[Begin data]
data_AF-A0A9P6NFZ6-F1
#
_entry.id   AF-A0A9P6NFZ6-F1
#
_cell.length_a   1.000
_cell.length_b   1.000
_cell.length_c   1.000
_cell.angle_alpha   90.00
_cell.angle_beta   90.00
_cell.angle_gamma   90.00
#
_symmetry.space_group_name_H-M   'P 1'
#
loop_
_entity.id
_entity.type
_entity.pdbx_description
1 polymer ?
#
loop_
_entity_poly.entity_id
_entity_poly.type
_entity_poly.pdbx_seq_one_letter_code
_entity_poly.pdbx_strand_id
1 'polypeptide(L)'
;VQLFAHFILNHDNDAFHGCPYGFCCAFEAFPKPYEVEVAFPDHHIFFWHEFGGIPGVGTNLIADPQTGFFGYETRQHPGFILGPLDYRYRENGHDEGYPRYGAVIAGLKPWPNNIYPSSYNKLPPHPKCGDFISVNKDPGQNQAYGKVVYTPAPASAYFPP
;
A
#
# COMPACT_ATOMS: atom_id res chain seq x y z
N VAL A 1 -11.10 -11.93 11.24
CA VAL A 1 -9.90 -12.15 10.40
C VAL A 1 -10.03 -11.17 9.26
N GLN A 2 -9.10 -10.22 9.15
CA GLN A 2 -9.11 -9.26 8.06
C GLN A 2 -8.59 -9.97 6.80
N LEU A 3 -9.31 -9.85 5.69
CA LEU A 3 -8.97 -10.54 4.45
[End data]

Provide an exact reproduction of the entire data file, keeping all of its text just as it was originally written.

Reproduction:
data_AF-A0A9P6NFZ6-F1
#
_entry.id   AF-A0A9P6NFZ6-F1
#
_cell.length_a   1.000
_cell.length_b   1.000
_cell.length_c   1.000
_cell.angle_alpha   90.00
_cell.angle_beta   90.00
_cell.angle_gamma   90.00
#
_symmetry.space_group_name_H-M   'P 1'
#
loop_
_entity.id
_entity.type
_entity.pdbx_description
1 polymer ?
#
loop_
_entity_poly.entity_id
_entity_poly.type
_entity_poly.pdbx_seq_one_letter_code
_entity_poly.pdbx_strand_id
1 'polypeptide(L)'
;VQLFAHFILNHDNDAFHGCPYGFCCAFEAFPKPYEVEVAFPDHHIFFWHEFGGIPGVGTNLIADPQTGFFGYETRQHPGFILGPLDYRYRENGHDEGYPRYGAVIAGLKPWPNNIYPSSYNKLPPHPKCGDFISVNKDPGQNQAYGKVVYTPAPASAYFPP
;
A
#
# COMPACT_ATOMS: atom_id res chain seq x y z
N VAL A 1 -11.10 -11.93 11.24
CA VAL A 1 -9.90 -12.15 10.40
C VAL A 1 -10.03 -11.17 9.26
N GLN A 2 -9.10 -10.22 9.15
CA GLN A 2 -9.11 -9.26 8.06
C GLN A 2 -8.59 -9.97 6.80
N LEU A 3 -9.31 -9.85 5.69
CA LEU A 3 -8.97 -10.54 4.45